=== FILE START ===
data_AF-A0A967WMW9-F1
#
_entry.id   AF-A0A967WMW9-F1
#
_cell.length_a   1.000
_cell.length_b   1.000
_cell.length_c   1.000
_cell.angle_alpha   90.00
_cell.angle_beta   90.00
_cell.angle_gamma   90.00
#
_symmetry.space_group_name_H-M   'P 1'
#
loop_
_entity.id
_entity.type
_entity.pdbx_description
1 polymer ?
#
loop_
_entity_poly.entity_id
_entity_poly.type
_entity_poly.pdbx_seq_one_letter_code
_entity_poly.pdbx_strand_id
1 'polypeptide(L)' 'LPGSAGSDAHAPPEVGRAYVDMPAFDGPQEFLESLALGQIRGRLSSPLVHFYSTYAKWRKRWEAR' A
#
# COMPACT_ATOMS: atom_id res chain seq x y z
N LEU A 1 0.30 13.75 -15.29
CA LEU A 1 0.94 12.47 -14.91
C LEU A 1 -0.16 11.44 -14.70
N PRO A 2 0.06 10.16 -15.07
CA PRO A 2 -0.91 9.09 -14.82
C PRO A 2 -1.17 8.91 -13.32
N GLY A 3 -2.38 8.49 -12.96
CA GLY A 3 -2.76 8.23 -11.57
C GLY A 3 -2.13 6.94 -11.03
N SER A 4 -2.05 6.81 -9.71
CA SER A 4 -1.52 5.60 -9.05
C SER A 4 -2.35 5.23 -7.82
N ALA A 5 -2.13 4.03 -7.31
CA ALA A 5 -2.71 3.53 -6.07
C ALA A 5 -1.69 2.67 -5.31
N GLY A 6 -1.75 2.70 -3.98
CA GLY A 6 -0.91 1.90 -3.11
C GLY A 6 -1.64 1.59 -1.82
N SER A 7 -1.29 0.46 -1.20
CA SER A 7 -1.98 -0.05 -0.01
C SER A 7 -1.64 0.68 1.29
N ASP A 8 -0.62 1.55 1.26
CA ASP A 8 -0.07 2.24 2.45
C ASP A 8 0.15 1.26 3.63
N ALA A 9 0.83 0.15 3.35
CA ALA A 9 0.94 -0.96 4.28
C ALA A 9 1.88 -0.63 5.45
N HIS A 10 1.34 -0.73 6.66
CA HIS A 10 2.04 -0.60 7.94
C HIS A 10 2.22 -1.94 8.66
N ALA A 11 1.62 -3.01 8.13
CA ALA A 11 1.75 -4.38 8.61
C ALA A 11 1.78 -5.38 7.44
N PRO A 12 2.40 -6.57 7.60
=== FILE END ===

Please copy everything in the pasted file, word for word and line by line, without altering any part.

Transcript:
data_AF-A0A967WMW9-F1
#
_entry.id   AF-A0A967WMW9-F1
#
_cell.length_a   1.000
_cell.length_b   1.000
_cell.length_c   1.000
_cell.angle_alpha   90.00
_cell.angle_beta   90.00
_cell.angle_gamma   90.00
#
_symmetry.space_group_name_H-M   'P 1'
#
loop_
_entity.id
_entity.type
_entity.pdbx_description
1 polymer ?
#
loop_
_entity_poly.entity_id
_entity_poly.type
_entity_poly.pdbx_seq_one_letter_code
_entity_poly.pdbx_strand_id
1 'polypeptide(L)' 'LPGSAGSDAHAPPEVGRAYVDMPAFDGPQEFLESLALGQIRGRLSSPLVHFYSTYAKWRKRWEAR' A
#
# COMPACT_ATOMS: atom_id res chain seq x y z
N LEU A 1 0.30 13.75 -15.29
CA LEU A 1 0.94 12.47 -14.91
C LEU A 1 -0.16 11.44 -14.70
N PRO A 2 0.06 10.16 -15.07
CA PRO A 2 -0.91 9.09 -14.82
C PRO A 2 -1.17 8.91 -13.32
N GLY A 3 -2.38 8.49 -12.96
CA GLY A 3 -2.76 8.23 -11.57
C GLY A 3 -2.13 6.94 -11.03
N SER A 4 -2.05 6.81 -9.71
CA SER A 4 -1.52 5.60 -9.05
C SER A 4 -2.35 5.23 -7.82
N ALA A 5 -2.13 4.03 -7.31
CA ALA A 5 -2.71 3.53 -6.07
C ALA A 5 -1.69 2.67 -5.31
N GLY A 6 -1.75 2.70 -3.98
CA GLY A 6 -0.91 1.90 -3.11
C GLY A 6 -1.64 1.59 -1.82
N SER A 7 -1.29 0.46 -1.20
CA SER A 7 -1.98 -0.05 -0.01
C SER A 7 -1.64 0.68 1.29
N ASP A 8 -0.62 1.55 1.26
CA ASP A 8 -0.07 2.24 2.45
C ASP A 8 0.15 1.26 3.63
N ALA A 9 0.83 0.15 3.35
CA ALA A 9 0.94 -0.96 4.28
C ALA A 9 1.88 -0.63 5.45
N HIS A 10 1.34 -0.73 6.66
CA HIS A 10 2.04 -0.60 7.94
C HIS A 10 2.22 -1.94 8.66
N ALA A 11 1.62 -3.01 8.13
CA ALA A 11 1.75 -4.38 8.61
C ALA A 11 1.78 -5.38 7.44
N PRO A 12 2.40 -6.57 7.60